Firefox on Linux

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Firefox on Linux

Postby Yogi » 13 Jul 2013, 06:55

As my life with Linux moves forward I've learned to rant less about it. It does what I want it to do, essentially banking on line, and I've become complacent about it's idiosyncrasies. But an issue came up the other day that I simply have to question in public.

I decided the least painful version of Linux is Ubuntu. I've installed Ubuntu 12.04 LTS on my all-Linux laptop and in my multiple OS booting tower. I needed some information regarding how Ubuntu handles repositories for their software and went to the official web site on ubuntu.com to do the research. As luck would have it, I went to that same web site on both my laptop and my tower. The results of using the exact same URL is shown below.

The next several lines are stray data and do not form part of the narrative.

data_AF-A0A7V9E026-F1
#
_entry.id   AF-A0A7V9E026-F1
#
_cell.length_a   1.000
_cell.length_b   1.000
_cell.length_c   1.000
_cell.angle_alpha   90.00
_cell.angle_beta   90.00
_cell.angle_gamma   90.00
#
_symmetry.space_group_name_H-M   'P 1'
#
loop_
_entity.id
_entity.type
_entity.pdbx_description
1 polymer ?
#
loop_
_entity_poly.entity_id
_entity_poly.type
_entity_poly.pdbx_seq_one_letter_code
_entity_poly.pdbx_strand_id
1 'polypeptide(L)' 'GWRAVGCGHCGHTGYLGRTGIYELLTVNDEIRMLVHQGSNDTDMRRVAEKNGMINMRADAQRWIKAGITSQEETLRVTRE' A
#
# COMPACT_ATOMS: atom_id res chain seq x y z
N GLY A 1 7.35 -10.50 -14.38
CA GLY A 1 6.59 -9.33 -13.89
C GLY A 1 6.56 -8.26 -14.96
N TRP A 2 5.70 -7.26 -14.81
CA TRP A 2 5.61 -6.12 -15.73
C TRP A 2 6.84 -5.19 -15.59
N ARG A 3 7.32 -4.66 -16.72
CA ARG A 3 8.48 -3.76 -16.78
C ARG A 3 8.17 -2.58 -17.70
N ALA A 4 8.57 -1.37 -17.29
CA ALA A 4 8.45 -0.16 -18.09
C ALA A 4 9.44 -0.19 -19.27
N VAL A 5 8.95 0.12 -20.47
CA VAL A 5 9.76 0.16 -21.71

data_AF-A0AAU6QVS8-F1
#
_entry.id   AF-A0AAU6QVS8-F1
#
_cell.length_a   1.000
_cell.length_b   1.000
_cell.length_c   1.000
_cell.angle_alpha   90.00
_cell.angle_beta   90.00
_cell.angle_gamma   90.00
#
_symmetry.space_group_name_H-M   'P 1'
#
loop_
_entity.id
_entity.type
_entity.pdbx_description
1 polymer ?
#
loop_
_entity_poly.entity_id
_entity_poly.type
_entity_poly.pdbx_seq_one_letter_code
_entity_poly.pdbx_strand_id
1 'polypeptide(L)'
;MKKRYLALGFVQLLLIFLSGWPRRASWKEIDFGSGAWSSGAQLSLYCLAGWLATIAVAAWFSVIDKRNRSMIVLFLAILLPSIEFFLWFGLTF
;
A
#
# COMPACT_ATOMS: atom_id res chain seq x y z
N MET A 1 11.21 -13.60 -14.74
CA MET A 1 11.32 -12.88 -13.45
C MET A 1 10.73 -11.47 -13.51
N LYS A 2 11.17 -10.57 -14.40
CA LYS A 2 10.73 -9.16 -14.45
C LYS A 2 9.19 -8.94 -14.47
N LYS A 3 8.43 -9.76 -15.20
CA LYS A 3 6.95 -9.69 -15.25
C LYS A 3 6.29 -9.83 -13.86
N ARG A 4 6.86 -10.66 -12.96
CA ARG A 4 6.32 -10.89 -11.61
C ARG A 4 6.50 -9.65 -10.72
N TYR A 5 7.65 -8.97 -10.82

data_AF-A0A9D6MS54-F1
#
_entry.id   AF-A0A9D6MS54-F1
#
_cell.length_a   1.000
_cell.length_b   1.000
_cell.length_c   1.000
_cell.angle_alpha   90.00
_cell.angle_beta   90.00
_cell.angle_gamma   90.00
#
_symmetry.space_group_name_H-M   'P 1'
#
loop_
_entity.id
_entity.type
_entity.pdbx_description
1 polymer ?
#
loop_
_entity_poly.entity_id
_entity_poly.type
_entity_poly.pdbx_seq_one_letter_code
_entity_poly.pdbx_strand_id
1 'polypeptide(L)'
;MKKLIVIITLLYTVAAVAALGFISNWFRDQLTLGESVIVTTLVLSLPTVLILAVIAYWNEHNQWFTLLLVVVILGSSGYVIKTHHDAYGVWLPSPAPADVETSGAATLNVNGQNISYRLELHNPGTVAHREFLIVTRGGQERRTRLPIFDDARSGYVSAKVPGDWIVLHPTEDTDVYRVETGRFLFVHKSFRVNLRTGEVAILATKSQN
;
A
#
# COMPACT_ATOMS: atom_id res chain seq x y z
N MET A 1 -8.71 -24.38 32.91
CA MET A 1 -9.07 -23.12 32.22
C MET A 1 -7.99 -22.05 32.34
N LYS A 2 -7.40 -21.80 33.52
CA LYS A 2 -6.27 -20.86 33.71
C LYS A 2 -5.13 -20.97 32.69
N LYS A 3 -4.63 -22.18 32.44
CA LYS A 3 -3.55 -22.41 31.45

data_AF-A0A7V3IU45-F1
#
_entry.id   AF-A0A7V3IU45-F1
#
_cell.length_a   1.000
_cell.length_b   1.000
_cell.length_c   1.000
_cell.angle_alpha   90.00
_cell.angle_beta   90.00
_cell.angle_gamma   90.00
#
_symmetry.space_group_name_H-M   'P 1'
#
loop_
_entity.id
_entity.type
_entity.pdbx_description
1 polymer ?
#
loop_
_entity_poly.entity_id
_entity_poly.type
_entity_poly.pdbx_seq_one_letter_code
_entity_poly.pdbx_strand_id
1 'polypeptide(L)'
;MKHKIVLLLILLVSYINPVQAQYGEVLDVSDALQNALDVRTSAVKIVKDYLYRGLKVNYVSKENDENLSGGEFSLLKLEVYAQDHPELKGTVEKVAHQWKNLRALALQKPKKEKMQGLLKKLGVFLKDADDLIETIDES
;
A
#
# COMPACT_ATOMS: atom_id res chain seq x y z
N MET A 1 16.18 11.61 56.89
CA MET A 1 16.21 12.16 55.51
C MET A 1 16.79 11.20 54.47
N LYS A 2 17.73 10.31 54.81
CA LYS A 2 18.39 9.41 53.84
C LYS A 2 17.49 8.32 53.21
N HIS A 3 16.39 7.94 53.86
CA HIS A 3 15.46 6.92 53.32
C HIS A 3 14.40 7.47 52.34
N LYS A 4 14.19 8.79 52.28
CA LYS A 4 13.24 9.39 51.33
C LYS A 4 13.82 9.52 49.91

The same information might be available in both instances, but the landing spot is entirely different for the same URL. I'm at a loss to explain why this happened. The only difference between the machines is the hardware which should have no bearing on web page rendering. However, the lappie uses the 32 bit version of Ubuntu while the tower uses the 64 bit version. I haven't noted much of a difference up until this point, but it looks like there are big time differences between distributions intended for different processors.

:wtf:

[ img ]

[ img ]
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Re: Firefox on Linux

Postby Kellemora » 13 Jul 2013, 17:05

Hi Yogi - Their website doesn't work much differently than others. It checks to see what browser and OS you are using, then opens the appropriate page.
May early webpages, I always had to fork to a different page for IE users, since Windows never followed standard html coding. So most of us had to have a different page for those who used IE, so the pages would display correctly on their monitors.